On March 3, The Guardian published an interview with RuPaul. Among a host of other things, the interview included a question about whether or not RuPaul would accept a transgender contestant on RuPaul’s Drag Race who had transitioned. RuPaul’s response has caused a lot of controversy: “Probably not. You can identify as a woman and say you’re transitioning, but it changes once you start changing your body. It takes on a different thing; it changes the whole concept of what we’re doing. We’ve had some girls who’ve had some injections in the face and maybe a little bit in the butt here and there, but they haven’t transitioned.”
After receiving a lot of backlash from fans, Ru doubled down on his statement with an ill-advised tweet.
RuPaul’s relationship with the trans community has long been tenuous, and he has brazenly made many problematic statements regarding trans people in the past. This time seems to be different. Within 7 hours of the tweet, RuPaul issued a rare apology: “I understand and regret the hurt I have caused,” he wrote. “The trans community are heroes of our shared LGBTQ movement. You are my teachers.”
The discussion continues all over the internet. Here’s a list of 4 reasons that RuPaul owed the world that apology.
1.) Transgender women are, and have always been, major contributors to the art of drag.
Just about every drag venue in America features transgender women performing in drag, and that has always been the case. This includes RuPaul’s Drag Race! The show has featured many transgender women, and by saying that these queens should be disqualified from competition at the highest levels Ru ignores their history and contributions. Sasha Velour, the winner of Season 9 of RPDR, tweeted in response: “My drag was born in a community full of trans women, trans men, and gender non-conforming folks doing drag. That’s the real world of drag, like it or not. I think it’s fabulous and I will fight my entire life to protect and uplift it.”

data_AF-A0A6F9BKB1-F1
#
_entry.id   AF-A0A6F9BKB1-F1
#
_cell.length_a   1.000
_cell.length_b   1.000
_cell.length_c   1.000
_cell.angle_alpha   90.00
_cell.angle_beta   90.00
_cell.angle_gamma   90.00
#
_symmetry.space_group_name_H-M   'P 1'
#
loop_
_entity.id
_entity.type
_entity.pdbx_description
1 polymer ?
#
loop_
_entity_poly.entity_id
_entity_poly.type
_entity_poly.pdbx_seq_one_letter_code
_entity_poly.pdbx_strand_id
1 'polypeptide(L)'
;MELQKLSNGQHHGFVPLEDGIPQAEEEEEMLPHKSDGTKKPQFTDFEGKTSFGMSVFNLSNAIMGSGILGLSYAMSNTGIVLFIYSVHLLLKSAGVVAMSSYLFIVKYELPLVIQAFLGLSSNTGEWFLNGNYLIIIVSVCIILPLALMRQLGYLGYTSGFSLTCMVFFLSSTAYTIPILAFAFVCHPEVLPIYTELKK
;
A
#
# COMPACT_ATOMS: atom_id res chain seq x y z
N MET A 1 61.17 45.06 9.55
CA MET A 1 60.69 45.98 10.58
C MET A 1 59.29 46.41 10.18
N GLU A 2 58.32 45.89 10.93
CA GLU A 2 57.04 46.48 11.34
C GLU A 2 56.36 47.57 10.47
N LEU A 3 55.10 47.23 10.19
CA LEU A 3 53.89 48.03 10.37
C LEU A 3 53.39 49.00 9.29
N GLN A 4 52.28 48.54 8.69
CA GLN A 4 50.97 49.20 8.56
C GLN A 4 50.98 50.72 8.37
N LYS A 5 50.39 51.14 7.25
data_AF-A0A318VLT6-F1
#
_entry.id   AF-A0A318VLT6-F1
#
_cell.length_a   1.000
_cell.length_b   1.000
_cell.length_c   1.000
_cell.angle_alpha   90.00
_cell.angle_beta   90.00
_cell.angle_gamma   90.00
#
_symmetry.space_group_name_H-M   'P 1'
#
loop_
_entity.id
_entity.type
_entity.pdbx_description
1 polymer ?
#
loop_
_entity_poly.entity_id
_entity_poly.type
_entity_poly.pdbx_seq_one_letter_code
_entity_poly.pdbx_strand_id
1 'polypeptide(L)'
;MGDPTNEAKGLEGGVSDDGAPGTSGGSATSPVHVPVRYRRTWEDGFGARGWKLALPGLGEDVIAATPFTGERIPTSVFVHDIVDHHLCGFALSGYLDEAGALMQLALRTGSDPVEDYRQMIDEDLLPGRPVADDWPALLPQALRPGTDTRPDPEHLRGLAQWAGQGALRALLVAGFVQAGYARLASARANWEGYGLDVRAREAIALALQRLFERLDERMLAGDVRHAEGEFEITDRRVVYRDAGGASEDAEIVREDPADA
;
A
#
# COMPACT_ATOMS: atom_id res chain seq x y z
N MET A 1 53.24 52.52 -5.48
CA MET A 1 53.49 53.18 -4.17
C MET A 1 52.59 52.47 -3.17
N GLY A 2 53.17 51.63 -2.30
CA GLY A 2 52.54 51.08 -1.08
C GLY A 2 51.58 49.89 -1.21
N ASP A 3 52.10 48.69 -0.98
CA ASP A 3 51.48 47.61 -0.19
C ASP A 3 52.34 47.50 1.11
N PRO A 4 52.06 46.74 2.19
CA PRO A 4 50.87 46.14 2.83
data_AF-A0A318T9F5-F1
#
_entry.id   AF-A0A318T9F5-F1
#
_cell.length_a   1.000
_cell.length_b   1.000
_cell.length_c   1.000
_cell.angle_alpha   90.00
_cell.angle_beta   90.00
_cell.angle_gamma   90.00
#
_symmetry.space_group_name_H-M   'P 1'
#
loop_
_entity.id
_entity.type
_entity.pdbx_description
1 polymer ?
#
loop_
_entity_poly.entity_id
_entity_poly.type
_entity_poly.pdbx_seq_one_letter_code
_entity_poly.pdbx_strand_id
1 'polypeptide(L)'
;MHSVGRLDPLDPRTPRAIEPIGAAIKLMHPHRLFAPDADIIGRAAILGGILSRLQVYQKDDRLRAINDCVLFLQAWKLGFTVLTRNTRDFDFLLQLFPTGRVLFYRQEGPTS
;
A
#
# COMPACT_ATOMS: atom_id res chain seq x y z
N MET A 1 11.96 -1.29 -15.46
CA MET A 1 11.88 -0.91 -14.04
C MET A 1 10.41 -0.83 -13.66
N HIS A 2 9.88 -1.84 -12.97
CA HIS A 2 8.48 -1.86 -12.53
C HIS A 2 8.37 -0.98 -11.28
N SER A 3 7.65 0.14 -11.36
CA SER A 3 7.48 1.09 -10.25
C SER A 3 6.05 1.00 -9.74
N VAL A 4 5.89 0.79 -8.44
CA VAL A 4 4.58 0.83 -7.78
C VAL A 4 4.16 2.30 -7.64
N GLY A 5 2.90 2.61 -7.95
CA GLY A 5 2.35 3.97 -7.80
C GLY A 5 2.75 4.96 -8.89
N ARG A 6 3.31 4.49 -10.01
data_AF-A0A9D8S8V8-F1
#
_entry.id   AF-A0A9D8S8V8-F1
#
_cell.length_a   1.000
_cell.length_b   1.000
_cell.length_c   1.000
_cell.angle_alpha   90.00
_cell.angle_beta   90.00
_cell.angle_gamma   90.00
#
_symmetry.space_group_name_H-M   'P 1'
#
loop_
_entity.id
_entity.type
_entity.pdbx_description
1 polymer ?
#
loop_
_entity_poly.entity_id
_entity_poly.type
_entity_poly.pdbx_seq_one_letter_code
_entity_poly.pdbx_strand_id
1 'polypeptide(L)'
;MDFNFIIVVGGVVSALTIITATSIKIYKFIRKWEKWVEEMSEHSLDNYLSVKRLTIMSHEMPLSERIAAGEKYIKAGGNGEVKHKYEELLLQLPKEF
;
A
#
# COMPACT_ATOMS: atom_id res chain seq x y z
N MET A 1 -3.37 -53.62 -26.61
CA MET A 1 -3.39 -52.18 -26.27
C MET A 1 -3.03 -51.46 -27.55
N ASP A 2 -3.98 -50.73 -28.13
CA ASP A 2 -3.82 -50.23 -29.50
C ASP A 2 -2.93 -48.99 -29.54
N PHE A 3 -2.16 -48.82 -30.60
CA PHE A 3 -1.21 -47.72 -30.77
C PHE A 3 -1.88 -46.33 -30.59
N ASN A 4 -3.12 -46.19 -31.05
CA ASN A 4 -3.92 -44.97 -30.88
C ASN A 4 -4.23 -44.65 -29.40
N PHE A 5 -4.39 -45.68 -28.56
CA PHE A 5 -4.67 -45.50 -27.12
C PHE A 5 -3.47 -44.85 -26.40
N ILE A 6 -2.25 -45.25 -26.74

2.) Rupaul’s comments reduce transwomen to their bodies.
A person’s gender identity is not determined by their body. Season 9 alumni and transgender queen, Peppermint, said in her response to this controversy that “absolutely no one has the ability or the right to define your womanhood, manhood, or transness but you . . . women should not be defined by what surgeries they have or haven’t had.” By creating largely arbitrary limitations around who can and cannot be involved with his show, Ru took the focus off of the person and the performer, and placed it squarely on their body parts. This is also inconsistent with his past casting on the show, as several past performers including fan favorites like Detox and Trinity Taylor, have had plastic surgery including injections to their hips, buttocks, lips, and even their pectorals. There seems to be no particular litmus test for which body altering surgeries are and are not allowable other than those operations that are specific to transgender queens.
3,) Ru’s attitude towards transgender performers enforces rigid, patriarchal gender stereotypes.
RuPaul has famously said on many occasions that drag should never be taken too seriously, and that there is a tension between the drag community and the trans community because “we mock identity. They take it very seriously.” He also has spoken about drag as “a big f-you to male-dominated culture” and a “real rejection of masculinity.” By enforcing rules that say that only drag performances by cisgender men are valid of recognition on the biggest stage in all of drag, Ru is creating a standard that drag is another job that a woman can’t do as well as a man.
4.) A transition is NOT an attempt to cheat on a competition reality show.
When a transgender person begins to transition, they begin to alter their presentation so that it will more closely align with their gender identity. This process may include changes in name, hair, clothing, voice, and for some individuals this includes medical procedures that may change secondary sex characteristics including breasts and genitals. Each person’s transition is different, and not all transgender people choose to or want to have surgeries to alter their bodies. But regardless of whether or not someone chooses to undergo surgery, the process of transitioning is not an attempt to cheat at a reality TV gameshow. The goal of transitioning is to authentically live in a body that a person identifies with. Ru’s commentary is dangerously close in reasoning to that of legislators trying to enact bathroom bills who say that transgender women are transitioning in attempts to gain access to restrooms to prey on women and children. It is dishonest. It is disrespectful. It is wrong.